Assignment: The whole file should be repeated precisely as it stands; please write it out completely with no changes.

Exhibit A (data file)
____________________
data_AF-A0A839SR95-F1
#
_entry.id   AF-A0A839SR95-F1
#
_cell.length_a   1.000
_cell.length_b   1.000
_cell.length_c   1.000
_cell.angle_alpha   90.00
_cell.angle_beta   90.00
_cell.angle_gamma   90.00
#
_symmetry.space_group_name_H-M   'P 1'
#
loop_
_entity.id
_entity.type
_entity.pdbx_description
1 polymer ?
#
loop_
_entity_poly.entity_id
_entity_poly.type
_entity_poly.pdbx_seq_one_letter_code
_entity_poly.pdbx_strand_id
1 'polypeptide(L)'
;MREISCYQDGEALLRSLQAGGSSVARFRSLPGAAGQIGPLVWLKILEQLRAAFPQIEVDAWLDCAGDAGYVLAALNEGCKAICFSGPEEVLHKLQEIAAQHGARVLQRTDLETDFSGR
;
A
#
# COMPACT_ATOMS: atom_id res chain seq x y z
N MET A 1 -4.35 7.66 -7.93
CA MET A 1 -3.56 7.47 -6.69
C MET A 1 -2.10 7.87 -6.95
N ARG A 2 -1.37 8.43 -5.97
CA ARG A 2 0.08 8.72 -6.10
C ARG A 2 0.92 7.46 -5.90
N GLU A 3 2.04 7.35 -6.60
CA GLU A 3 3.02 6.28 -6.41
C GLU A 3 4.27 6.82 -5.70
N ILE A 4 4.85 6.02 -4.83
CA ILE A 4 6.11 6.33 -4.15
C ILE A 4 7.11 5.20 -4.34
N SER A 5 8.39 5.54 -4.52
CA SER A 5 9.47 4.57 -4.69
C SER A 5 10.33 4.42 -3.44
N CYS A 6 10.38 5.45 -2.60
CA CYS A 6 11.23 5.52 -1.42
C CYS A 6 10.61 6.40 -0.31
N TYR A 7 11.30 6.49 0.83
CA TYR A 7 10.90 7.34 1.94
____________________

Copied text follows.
data_AF-A0A839SR95-F1
#
_entry.id   AF-A0A839SR95-F1
#
_cell.length_a   1.000
_cell.length_b   1.000
_cell.length_c   1.000
_cell.angle_alpha   90.00
_cell.angle_beta   90.00
_cell.angle_gamma   90.00
#
_symmetry.space_group_name_H-M   'P 1'
#
loop_
_entity.id
_entity.type
_entity.pdbx_description
1 polymer ?
#
loop_
_entity_poly.entity_id
_entity_poly.type
_entity_poly.pdbx_seq_one_letter_code
_entity_poly.pdbx_strand_id
1 'polypeptide(L)'
;MREISCYQDGEALLRSLQAGGSSVARFRSLPGAAGQIGPLVWLKILEQLRAAFPQIEVDAWLDCAGDAGYVLAALNEGCKAICFSGPEEVLHKLQEIAAQHGARVLQRTDLETDFSGR
;
A
#
# COMPACT_ATOMS: atom_id res chain seq x y z
N MET A 1 -4.35 7.66 -7.93
CA MET A 1 -3.56 7.47 -6.69
C MET A 1 -2.10 7.87 -6.95
N ARG A 2 -1.37 8.43 -5.97
CA ARG A 2 0.08 8.72 -6.10
C ARG A 2 0.92 7.46 -5.90
N GLU A 3 2.04 7.35 -6.60
CA GLU A 3 3.02 6.28 -6.41
C GLU A 3 4.27 6.82 -5.70
N ILE A 4 4.85 6.02 -4.83
CA ILE A 4 6.11 6.33 -4.15
C ILE A 4 7.11 5.20 -4.34
N SER A 5 8.39 5.54 -4.52
CA SER A 5 9.47 4.57 -4.69
C SER A 5 10.33 4.42 -3.44
N CYS A 6 10.38 5.45 -2.60
CA CYS A 6 11.23 5.52 -1.42
C CYS A 6 10.61 6.40 -0.31
N TYR A 7 11.30 6.49 0.83
CA TYR A 7 10.90 7.34 1.94